It never rains but pours, some say, and that's proving true for Ford. The National Consumer Commission (NCC) confirmed that complaints about other Ford Kuga engines were submitted to its office following the recent recall.
"The engine capacity is not only the 1.6 Ecoboost. We are also receiving complaints of the 1.5- and 2.5-litre engines catching fire. The other complaint we received was a 2015 model that burst into flames," said NCC spokesperson Trevor Hattingh.
Hattingh confirmed investigators were going through the complaints lodged since Ford made the announcement that it was recalling the Ford Kuga 1.6 Ecoboost engine built in Spain between 2012 and 2014 with problems.
The company was adamant that all other models were safe and only those part of the recall had problems. The Kugas was thrown into the spotlight when Reshall Jimmy died as a result of the car catching fire in December of 2015. Since that incident, at least 39 other cases have been reported.
"The engine capacity is not only the 1.6 Ecoboost. We are also receiving complaints of the 1.5 and 2.5-litre engines catching fire. The other complaint we received was a 2015 model that burst into flames," Hattingh
Those cases have helped their struggle as the family has been engaged in a fierce battle with the car manufacturer to take responsibility for the fire and to recall the cars. That fight subsequently paid off with Ford on Monday announcing the recall of 4,556 cars for repairs.
With the new cases having been reported, the car manufacturer might be in for even more turbulent time as the NCC will be taking a deeper look into some its vehicles.
"The cases are being assessed and a decision on enforcement action will be applied. Depending on the merits of the cases, investigators will decide on whether or not a full on investigation is launched to determine if perhaps we need to extend the recall to other models. That action can only be taken once all the information has been collected," he said.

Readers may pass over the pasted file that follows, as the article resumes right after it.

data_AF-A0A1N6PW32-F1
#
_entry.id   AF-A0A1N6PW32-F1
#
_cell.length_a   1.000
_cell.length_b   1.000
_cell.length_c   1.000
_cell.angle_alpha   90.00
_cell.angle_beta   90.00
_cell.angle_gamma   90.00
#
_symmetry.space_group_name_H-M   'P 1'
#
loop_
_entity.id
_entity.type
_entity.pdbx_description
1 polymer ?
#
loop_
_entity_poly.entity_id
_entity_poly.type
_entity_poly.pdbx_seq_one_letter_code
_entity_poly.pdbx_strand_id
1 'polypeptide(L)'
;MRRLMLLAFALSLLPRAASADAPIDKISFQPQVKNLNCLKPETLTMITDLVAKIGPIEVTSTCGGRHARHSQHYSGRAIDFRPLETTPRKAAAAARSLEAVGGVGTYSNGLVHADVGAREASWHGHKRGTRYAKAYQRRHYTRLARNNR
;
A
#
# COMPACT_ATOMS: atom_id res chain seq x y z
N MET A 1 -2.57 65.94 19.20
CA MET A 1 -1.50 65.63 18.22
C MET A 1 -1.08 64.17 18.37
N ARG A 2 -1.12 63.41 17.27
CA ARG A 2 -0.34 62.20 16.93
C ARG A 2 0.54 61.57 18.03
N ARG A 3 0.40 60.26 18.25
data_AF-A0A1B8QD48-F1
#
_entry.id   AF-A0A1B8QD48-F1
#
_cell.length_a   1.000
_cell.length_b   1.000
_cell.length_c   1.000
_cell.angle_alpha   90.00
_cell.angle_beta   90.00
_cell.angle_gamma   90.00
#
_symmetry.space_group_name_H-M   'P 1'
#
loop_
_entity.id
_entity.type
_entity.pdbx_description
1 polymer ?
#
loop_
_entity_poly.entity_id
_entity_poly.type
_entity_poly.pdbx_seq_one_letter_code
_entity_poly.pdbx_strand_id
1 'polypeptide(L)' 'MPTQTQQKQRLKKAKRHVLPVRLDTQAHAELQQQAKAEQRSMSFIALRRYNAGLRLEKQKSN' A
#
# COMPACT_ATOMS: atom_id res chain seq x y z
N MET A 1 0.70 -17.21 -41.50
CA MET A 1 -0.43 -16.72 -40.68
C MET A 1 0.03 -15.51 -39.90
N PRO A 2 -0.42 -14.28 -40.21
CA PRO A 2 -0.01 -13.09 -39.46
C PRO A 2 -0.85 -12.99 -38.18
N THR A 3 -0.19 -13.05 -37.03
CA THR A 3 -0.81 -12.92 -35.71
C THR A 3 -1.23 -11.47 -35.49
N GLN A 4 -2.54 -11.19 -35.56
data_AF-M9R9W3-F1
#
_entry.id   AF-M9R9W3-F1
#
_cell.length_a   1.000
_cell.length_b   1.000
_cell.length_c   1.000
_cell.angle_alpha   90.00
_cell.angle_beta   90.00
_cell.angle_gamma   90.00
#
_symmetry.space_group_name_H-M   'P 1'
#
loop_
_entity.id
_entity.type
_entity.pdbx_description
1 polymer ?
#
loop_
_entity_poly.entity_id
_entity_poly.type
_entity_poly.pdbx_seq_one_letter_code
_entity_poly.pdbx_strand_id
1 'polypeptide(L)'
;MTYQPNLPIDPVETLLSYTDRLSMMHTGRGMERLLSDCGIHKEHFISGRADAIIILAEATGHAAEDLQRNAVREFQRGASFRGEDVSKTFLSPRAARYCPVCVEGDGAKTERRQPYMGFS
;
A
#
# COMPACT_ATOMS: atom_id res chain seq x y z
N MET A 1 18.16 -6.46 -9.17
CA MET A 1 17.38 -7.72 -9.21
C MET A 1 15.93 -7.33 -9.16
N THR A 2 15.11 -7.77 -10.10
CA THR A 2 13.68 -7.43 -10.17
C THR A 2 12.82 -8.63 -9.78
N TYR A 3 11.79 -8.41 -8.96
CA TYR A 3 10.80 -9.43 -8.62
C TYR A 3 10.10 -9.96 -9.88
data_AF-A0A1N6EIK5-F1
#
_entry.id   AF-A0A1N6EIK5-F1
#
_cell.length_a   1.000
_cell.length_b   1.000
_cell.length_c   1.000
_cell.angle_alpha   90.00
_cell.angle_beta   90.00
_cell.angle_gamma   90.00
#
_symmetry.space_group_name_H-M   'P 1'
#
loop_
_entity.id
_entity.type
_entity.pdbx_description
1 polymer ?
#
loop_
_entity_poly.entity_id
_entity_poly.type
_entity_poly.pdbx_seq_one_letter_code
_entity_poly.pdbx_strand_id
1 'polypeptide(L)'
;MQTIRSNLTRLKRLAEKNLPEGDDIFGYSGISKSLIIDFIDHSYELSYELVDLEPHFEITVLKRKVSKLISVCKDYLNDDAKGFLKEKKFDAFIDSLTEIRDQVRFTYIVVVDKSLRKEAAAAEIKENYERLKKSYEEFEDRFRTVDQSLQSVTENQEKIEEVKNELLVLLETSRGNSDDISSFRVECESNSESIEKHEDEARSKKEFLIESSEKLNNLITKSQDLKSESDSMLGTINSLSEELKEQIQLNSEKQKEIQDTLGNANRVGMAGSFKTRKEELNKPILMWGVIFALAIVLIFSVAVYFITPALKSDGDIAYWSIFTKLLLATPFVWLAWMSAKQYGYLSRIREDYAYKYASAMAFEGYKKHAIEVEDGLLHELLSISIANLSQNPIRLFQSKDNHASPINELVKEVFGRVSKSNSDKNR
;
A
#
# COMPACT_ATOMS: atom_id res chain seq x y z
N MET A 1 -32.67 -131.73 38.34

In what could be described as Ford's way of tackling this matter since its inception, the company has taken the route of sticking its head in the sand and saying there is nothing wrong with the other engines despite people claiming they have alerted the company to the problems.
The Times recently reported that Malehotlo Makgamatha said her new 1.5l EcoBoost caught fire last year. The fire investigation report indicated that the fire was as a result of the incorrect installation of a spotlight bulb, which caused the spotlight housing to melt and ignite.
"For a year Ford has refused to help me. I pleaded with them for help after the recall was announced. Today they agreed but were reluctant because it's not the 1.6l EcoBoost. I drive with bricks in my car just in case it catches fire so I can get my children and myself out," said Makgamatha."
"The cases are being assessed and a decision on enforcement action will be applied. Depending on the merits of the cases, investigators will decide on whether or not a full on investigation is launched to determine if perhaps we need to extend the recall to other models. That action can only be taken once all the information has been collected,"Hattingh
Daniel Joubert from Nelspruit was quoted in the publication that his 2013 2.5l Kuga caught fire early in 2015. He made a statement to the NCC and said his car burnt three days after collecting it from a Ford dealership where he had taken it to have problems sorted out.
"It burnt out within 10 minutes. I contacted Ford and was told that they do not feel it needed to be investigated ... as my insurance paid out, I should be happy."
In a response to a media inquiry consisting of five questions by the HuffPost SA trying to understand when the company realised that the cooling system was problematic, the Ford media team elected not to respond to all the questions but only say that they constantly have running changes to their vehicles, and this was the case with the cooling system.
"Ford Kuga models with 1.5-litre and 2.0-litre engines are not affected. Once we receive the information we will investigate."
The recent problems faced by Ford have seen South Africans being cautious about the brand while others make fun of the misfortune. A Johannesburg resident has told HuffPost SA that he recently refused to get into an Uber when he realised it was a Ford.
Edwin Mbungua said he has followed the Ford fiasco on the news and that has made him uneasy.
"I ordered an Uber after work but when I saw that it was a Ford vehicle I cancelled it and said I would get another one. Unless the company comes clean about everything then I will avoid using Fords. The entire thing has made me take notice of Fords on the road," he said.